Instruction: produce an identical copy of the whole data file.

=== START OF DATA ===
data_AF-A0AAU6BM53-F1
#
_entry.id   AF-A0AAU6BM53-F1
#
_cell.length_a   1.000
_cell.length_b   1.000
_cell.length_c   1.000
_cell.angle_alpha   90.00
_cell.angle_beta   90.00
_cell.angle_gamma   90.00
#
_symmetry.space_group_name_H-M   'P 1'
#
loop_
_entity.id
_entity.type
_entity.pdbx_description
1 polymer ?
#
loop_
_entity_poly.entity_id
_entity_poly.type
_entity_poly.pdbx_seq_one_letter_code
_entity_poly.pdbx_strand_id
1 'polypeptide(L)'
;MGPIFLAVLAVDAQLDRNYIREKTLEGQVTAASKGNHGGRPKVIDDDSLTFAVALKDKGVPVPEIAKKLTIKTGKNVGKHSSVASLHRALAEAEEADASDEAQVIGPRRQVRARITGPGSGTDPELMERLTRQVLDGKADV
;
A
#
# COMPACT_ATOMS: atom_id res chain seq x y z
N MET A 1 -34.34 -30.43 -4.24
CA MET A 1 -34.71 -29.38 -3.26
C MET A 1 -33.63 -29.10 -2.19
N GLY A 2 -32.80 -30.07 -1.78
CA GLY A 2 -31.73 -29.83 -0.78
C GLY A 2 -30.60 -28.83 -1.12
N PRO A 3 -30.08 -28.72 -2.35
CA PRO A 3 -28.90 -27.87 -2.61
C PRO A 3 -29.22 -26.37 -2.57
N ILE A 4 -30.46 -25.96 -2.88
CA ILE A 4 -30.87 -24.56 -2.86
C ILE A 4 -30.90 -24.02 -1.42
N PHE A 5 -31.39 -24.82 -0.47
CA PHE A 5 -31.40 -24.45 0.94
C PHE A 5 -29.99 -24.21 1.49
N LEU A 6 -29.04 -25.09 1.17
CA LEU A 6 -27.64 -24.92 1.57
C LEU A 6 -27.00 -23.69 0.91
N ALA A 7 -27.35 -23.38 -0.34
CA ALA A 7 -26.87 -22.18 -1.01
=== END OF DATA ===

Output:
data_AF-A0AAU6BM53-F1
#
_entry.id   AF-A0AAU6BM53-F1
#
_cell.length_a   1.000
_cell.length_b   1.000
_cell.length_c   1.000
_cell.angle_alpha   90.00
_cell.angle_beta   90.00
_cell.angle_gamma   90.00
#
_symmetry.space_group_name_H-M   'P 1'
#
loop_
_entity.id
_entity.type
_entity.pdbx_description
1 polymer ?
#
loop_
_entity_poly.entity_id
_entity_poly.type
_entity_poly.pdbx_seq_one_letter_code
_entity_poly.pdbx_strand_id
1 'polypeptide(L)'
;MGPIFLAVLAVDAQLDRNYIREKTLEGQVTAASKGNHGGRPKVIDDDSLTFAVALKDKGVPVPEIAKKLTIKTGKNVGKHSSVASLHRALAEAEEADASDEAQVIGPRRQVRARITGPGSGTDPELMERLTRQVLDGKADV
;
A
#
# COMPACT_ATOMS: atom_id res chain seq x y z
N MET A 1 -34.34 -30.43 -4.24
CA MET A 1 -34.71 -29.38 -3.26
C MET A 1 -33.63 -29.10 -2.19
N GLY A 2 -32.80 -30.07 -1.78
CA GLY A 2 -31.73 -29.83 -0.78
C GLY A 2 -30.60 -28.83 -1.12
N PRO A 3 -30.08 -28.72 -2.35
CA PRO A 3 -28.90 -27.87 -2.61
C PRO A 3 -29.22 -26.37 -2.57
N ILE A 4 -30.46 -25.96 -2.88
CA ILE A 4 -30.87 -24.56 -2.86
C ILE A 4 -30.90 -24.02 -1.42
N PHE A 5 -31.39 -24.82 -0.47
CA PHE A 5 -31.40 -24.45 0.94
C PHE A 5 -29.99 -24.21 1.49
N LEU A 6 -29.04 -25.09 1.17
CA LEU A 6 -27.64 -24.92 1.57
C LEU A 6 -27.00 -23.69 0.91
N ALA A 7 -27.35 -23.38 -0.34
CA ALA A 7 -26.87 -22.18 -1.01